Faiza Sultan Khan, Consulting Publisher at Bloomsbury in London/Delhi said, “Austenistan has been the subject of major pieces in the international press and the reviews have hence far been wildly enthusiastic. The combination of the exoticism of Pakistan with the familiarity of Austen and Austen-style romance has clearly touched a nerve.”
Laaleen Sukhera, Editor of Austenistan in Lahore said, “After decades of Pakistan headlining in global media for all the wrong reasons, we are thrilled to inspire the world’s interest in Pakistani culture and popular fiction for all the right reasons!”
Nida is a college teacher, a writing coach, and a writer based in Austin, Texas. She grew up between Scarsdale, New York, and Lahore, Pakistan. She has worked in the fields of academia, non-profit film and event management and been published in various journals and publications including Psychology Today and blogs at A Storyed Sensibility. She previously taught Composition, Creative Writing, and Literature to college students in Lahore and currently teaches at St Edward’s University in Texas. She received her Bachelors degree in Journalism & Mass Media from Rutgers University, New Jersey, and a Master of Fine Arts degree in Fiction Writing from Sarah Lawrence College, New York.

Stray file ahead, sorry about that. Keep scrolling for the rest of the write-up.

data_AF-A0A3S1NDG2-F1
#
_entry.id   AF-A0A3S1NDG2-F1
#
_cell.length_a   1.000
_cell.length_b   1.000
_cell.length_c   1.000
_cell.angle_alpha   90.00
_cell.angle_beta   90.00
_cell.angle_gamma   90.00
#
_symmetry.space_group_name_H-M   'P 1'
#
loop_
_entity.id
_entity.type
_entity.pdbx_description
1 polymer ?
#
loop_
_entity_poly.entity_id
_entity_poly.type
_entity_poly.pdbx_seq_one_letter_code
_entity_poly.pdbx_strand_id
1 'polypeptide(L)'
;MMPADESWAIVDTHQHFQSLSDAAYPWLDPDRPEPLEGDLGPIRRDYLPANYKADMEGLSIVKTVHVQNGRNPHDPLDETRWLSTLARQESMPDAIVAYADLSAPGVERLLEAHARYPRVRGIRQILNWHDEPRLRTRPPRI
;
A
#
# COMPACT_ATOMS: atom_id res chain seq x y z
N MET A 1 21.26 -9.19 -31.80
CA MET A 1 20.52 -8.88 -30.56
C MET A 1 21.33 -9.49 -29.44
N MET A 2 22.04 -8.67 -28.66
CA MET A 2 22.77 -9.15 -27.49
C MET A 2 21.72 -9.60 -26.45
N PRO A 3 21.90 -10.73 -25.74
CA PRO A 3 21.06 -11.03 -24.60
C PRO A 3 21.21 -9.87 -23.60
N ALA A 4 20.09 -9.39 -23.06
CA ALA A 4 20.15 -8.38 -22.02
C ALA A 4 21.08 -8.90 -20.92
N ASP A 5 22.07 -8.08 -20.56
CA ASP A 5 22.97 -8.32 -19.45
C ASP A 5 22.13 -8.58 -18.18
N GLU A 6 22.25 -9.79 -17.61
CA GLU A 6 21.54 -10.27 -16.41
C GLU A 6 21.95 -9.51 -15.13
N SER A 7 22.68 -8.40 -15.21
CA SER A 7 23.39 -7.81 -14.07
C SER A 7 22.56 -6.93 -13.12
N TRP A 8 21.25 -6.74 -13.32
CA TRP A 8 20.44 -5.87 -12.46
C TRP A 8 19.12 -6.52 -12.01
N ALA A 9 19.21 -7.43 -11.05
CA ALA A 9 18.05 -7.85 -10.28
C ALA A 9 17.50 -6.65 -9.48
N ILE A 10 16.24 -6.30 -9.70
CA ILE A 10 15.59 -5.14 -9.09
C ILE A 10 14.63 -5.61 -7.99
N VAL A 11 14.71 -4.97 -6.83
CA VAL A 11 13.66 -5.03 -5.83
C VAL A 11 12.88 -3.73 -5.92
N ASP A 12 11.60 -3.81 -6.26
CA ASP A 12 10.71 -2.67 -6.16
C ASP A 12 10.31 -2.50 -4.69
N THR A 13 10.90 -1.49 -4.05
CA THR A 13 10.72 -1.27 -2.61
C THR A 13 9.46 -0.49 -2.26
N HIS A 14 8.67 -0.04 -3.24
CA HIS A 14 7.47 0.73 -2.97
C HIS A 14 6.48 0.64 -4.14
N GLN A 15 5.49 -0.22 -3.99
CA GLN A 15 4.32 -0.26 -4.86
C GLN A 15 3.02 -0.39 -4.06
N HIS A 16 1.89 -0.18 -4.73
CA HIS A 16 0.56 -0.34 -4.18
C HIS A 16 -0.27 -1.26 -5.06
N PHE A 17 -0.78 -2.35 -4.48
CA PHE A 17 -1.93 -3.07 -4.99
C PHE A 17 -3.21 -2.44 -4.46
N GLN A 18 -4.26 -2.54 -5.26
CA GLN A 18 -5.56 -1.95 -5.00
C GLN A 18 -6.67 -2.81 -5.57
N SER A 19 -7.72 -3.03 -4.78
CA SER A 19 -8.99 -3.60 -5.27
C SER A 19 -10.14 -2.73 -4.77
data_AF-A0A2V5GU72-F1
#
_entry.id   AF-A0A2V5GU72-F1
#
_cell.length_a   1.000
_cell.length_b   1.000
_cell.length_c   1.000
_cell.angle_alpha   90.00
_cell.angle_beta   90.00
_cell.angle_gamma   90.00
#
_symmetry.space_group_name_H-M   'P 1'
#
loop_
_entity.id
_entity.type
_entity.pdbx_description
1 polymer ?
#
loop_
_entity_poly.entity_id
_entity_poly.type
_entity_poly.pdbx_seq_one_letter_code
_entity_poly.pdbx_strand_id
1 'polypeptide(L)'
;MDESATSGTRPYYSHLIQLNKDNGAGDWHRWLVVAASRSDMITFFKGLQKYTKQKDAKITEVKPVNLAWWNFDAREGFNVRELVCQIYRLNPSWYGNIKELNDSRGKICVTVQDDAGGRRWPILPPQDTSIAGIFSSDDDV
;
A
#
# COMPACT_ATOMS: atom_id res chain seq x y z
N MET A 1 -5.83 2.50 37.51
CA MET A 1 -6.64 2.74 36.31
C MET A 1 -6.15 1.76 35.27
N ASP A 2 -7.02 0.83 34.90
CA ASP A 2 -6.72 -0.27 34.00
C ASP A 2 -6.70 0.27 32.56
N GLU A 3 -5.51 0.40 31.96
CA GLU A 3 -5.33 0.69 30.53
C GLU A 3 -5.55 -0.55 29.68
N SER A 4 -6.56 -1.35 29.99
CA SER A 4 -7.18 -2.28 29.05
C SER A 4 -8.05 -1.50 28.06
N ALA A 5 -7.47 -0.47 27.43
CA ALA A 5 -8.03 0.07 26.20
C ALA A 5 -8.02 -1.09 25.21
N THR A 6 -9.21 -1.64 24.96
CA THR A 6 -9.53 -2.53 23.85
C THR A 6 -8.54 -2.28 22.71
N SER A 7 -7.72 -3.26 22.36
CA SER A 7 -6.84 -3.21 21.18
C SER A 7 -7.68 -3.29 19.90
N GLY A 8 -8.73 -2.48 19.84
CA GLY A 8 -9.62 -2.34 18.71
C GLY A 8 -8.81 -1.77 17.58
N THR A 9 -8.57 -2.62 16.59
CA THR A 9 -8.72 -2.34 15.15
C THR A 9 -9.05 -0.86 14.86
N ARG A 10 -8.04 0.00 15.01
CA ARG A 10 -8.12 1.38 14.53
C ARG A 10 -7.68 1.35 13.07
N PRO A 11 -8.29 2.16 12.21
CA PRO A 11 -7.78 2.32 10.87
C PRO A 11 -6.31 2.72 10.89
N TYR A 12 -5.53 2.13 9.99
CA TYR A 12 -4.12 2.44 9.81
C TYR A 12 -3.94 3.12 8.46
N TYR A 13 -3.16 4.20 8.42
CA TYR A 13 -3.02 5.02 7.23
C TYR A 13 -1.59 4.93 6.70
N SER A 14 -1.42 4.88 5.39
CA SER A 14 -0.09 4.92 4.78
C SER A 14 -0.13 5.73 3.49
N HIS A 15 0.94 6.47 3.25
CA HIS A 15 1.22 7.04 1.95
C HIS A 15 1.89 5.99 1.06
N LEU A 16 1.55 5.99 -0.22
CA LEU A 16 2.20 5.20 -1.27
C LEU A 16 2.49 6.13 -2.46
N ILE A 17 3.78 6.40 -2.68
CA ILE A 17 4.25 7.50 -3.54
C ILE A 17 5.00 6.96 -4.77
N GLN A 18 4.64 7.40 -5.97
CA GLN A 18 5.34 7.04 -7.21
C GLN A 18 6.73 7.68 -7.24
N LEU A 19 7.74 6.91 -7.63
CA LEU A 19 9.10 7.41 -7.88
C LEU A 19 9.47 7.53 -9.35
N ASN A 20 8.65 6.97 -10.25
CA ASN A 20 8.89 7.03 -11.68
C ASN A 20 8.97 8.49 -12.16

Saniyya is a barrister by profession and was an editor of the Pakistan based business magazine, Blue Chip, for four years. A graduate of Sussex University, she received a First Class Honours in Contemporary History and later went on to do the Common Professional Examination [CPE], and was called to the Bar in 2000. She has worked in corporate law and litigation in both London and Pakistan. She is currently a freelance writer and editor based in Islamabad, Pakistan, has had articles published in magazines and prominent Pakistani daily newspapers, and has edited and co-authored papers for prestigious international academic journals.
Mahlia S Lone
Mahlia is a seasoned textile journalist who contributes to WWD [Women’s Wear Daily] and other publications, and is currently the editor of a leading lifestyle magazine in Lahore, Pakistan. Mahlia was valedictorian of her graduating class at the Lahore American School and attended university at Kinnaird College in Lahore, William Smith College in New York, and Clark University in Massachusetts. She started her journalistic career as the Assistant Editor of the Op/Ed pages at The Nation, and as the Features Editor of The Friday Times.